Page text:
8) Good shaft material.  This is just another one of those things that probably gets little consideration when producing an inexpensive "throw away" motor.

9) CAREFUL assembly and QC.  There's only so much (if any) of this possible when mass-producing inexpensive motors mean for "single use"...run it 'till it blows, however long that is.
---------------------------

The Chinese motors often have good strong ceramic magnets, and stronger neodymium ones.  These have been made possible/affordable by the Chinese, and are good for the application.  There are reasons these motors don't have cobalt magnets, but chief among those is "what would be the point?".  ***There's a LOT of bang for the buck in these motors, a crazy amount.  Worrying about speed AND longevity from these motors, and considering what they cost seems pretty silly.  They're made to be cheap, and not to even be opened-up for repairing/refreshing/fine-tuning.  Use 'em and enjoy 'em!


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John Havlicek

#6 Half Fast

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Posted 01 February 2019 - 08:11 AM

John's above post is the answer to 95% of the complaints about $13-$17 motors.IOW you get what you pay for!

 

Cheers


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#7 mark1

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Posted 01 February 2019 - 09:40 AM

Hand grenade.


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#8 havlicek

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Posted 01 February 2019 - 09:56 AM

Hand grenade.

 

I don't think that's a fair assessment, at least from the implication that it's a motor with no useful life.  People (*at least some) are attracted to the notion of a significantly faster motor that is still inexpensive enough to "use and lose".  This is nothing new; in the modern era, the "sub-$100" motor has been discussed quite a bit.  Even going all the way back to the Mabuchi "can" era, there were "3V" motors and arms available straight from the manufacturers, and the cost wasn't much (if any?) higher, since the arms were basically the same with a different wind.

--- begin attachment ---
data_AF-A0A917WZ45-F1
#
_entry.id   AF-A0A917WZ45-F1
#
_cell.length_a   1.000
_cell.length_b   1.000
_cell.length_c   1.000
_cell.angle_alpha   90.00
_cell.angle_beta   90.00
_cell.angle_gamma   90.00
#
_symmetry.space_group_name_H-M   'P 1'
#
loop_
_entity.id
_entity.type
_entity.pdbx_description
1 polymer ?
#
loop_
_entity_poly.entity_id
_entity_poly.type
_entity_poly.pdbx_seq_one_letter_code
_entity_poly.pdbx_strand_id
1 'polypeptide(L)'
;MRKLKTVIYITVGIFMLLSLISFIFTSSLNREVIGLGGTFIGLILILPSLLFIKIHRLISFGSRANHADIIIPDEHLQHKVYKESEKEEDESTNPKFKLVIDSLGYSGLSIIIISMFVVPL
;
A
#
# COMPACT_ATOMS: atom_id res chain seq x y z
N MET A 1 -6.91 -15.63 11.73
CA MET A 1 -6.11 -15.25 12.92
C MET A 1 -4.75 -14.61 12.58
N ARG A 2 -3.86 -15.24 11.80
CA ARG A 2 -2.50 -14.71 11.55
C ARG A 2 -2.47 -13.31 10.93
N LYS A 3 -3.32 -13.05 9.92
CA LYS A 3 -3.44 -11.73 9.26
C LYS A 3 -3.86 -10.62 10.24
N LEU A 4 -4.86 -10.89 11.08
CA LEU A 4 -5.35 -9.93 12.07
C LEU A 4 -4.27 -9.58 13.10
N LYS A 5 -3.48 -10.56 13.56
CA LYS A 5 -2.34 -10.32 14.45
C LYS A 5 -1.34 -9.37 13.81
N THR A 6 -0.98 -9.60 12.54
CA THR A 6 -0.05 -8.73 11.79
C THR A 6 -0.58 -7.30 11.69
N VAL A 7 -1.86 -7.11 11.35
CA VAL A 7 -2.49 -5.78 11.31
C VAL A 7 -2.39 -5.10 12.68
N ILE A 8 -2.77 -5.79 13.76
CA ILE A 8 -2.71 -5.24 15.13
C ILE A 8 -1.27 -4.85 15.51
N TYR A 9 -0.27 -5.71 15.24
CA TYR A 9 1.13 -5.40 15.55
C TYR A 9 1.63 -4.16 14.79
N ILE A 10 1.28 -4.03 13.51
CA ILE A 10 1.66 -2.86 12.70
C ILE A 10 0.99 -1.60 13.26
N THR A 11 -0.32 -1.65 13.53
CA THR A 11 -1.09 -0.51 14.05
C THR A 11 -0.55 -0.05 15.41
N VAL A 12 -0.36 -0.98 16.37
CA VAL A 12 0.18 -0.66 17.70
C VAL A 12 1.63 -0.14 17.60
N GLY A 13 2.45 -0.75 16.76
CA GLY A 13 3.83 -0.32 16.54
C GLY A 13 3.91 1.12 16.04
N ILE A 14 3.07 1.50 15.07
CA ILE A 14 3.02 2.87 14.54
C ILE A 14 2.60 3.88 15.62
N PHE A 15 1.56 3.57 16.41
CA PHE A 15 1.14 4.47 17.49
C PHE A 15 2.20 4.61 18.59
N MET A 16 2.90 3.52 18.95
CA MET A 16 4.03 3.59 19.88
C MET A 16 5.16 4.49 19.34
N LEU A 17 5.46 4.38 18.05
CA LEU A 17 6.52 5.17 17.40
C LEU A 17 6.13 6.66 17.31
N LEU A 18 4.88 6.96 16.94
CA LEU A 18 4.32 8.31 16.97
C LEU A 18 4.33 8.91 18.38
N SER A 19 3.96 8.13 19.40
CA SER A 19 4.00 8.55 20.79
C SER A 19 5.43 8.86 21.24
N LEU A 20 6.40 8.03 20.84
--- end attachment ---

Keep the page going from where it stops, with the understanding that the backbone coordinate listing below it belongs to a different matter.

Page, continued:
So, when the "Phoenix" made the scene, there was a market it sought to fill.  If anything, it's probably the expectations of some that such a motor (*with it's limitations dictated by the price point) would/could last as long as the milder ones of the same type that are unreasonable.

***Now, whether or not the motor has a long-enough useful life for slot cars and slot car racers is something I don't know myself.  I just think that expectations should be realistic given the motor type and cost.


John Havlicek

#9 mark1

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Posted 01 February 2019 - 10:46 AM

I have a toy hand grenade that I take with me to the track. I pull it out of my box on race night. It comes into play when someone has a motor expire. We all have a good laugh. A lot of phoenix and china S16D  failures around here.Some racers get angry. I laugh about it! One of my racing buddies told me about his good luck. He bought 5 motors and got 2 that were race worthy!


Mark Anderson

#10 chasbeeman

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Posted 01 February 2019 - 12:04 PM

I have had 2 bum up on the bench, the first one disintegrated the brushes while spinning the motor to trim the pinion gear with Dremel. Had done that procedure several times before with various other motors without incident. The 2nd one seems to have lifted the comm sections while on slick7 power supply at 5 volts, although still intact the motor won't spin up. I'm disappointed to be out the money but I guess I should have known better.

Sent from my SM-J327T1 using Tapatalk
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#11 airhead